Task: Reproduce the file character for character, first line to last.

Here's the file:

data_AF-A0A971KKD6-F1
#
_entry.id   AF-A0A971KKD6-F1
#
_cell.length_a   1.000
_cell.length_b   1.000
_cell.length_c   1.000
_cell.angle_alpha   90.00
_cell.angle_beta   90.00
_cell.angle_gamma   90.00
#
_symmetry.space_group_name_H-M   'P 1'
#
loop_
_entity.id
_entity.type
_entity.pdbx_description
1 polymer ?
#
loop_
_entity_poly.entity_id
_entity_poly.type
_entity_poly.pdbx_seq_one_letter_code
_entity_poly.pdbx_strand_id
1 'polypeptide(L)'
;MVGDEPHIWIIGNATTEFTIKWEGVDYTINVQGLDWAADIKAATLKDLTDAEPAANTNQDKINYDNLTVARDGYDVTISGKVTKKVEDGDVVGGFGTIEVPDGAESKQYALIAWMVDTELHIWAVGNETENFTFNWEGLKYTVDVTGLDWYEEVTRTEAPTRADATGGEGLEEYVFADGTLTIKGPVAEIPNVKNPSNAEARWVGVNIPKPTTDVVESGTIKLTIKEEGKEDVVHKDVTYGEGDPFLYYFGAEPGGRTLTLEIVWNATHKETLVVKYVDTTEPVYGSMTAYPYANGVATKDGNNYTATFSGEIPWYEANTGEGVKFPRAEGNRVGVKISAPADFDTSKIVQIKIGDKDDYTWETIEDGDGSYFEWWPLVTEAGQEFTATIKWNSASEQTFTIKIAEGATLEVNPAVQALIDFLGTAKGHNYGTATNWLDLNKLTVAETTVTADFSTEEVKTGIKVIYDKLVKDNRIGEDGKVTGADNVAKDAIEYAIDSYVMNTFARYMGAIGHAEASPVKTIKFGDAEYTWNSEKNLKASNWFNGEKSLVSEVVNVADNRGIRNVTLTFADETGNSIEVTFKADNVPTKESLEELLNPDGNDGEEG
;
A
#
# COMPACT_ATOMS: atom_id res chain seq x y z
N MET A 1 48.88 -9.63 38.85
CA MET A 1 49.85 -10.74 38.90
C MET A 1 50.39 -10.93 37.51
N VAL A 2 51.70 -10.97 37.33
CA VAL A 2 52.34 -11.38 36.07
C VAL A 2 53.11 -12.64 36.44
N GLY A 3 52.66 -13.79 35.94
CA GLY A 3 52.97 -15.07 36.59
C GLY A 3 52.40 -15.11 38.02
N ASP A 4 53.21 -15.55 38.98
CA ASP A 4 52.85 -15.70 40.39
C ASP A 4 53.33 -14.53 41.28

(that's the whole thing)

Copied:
data_AF-A0A971KKD6-F1
#
_entry.id   AF-A0A971KKD6-F1
#
_cell.length_a   1.000
_cell.length_b   1.000
_cell.length_c   1.000
_cell.angle_alpha   90.00
_cell.angle_beta   90.00
_cell.angle_gamma   90.00
#
_symmetry.space_group_name_H-M   'P 1'
#
loop_
_entity.id
_entity.type
_entity.pdbx_description
1 polymer ?
#
loop_
_entity_poly.entity_id
_entity_poly.type
_entity_poly.pdbx_seq_one_letter_code
_entity_poly.pdbx_strand_id
1 'polypeptide(L)'
;MVGDEPHIWIIGNATTEFTIKWEGVDYTINVQGLDWAADIKAATLKDLTDAEPAANTNQDKINYDNLTVARDGYDVTISGKVTKKVEDGDVVGGFGTIEVPDGAESKQYALIAWMVDTELHIWAVGNETENFTFNWEGLKYTVDVTGLDWYEEVTRTEAPTRADATGGEGLEEYVFADGTLTIKGPVAEIPNVKNPSNAEARWVGVNIPKPTTDVVESGTIKLTIKEEGKEDVVHKDVTYGEGDPFLYYFGAEPGGRTLTLEIVWNATHKETLVVKYVDTTEPVYGSMTAYPYANGVATKDGNNYTATFSGEIPWYEANTGEGVKFPRAEGNRVGVKISAPADFDTSKIVQIKIGDKDDYTWETIEDGDGSYFEWWPLVTEAGQEFTATIKWNSASEQTFTIKIAEGATLEVNPAVQALIDFLGTAKGHNYGTATNWLDLNKLTVAETTVTADFSTEEVKTGIKVIYDKLVKDNRIGEDGKVTGADNVAKDAIEYAIDSYVMNTFARYMGAIGHAEASPVKTIKFGDAEYTWNSEKNLKASNWFNGEKSLVSEVVNVADNRGIRNVTLTFADETGNSIEVTFKADNVPTKESLEELLNPDGNDGEEG
;
A
#
# COMPACT_ATOMS: atom_id res chain seq x y z
N MET A 1 48.88 -9.63 38.85
CA MET A 1 49.85 -10.74 38.90
C MET A 1 50.39 -10.93 37.51
N VAL A 2 51.70 -10.97 37.33
CA VAL A 2 52.34 -11.38 36.07
C VAL A 2 53.11 -12.64 36.44
N GLY A 3 52.66 -13.79 35.94
CA GLY A 3 52.97 -15.07 36.59
C GLY A 3 52.40 -15.11 38.02
N ASP A 4 53.21 -15.55 38.98
CA ASP A 4 52.85 -15.70 40.39
C ASP A 4 53.33 -14.53 41.28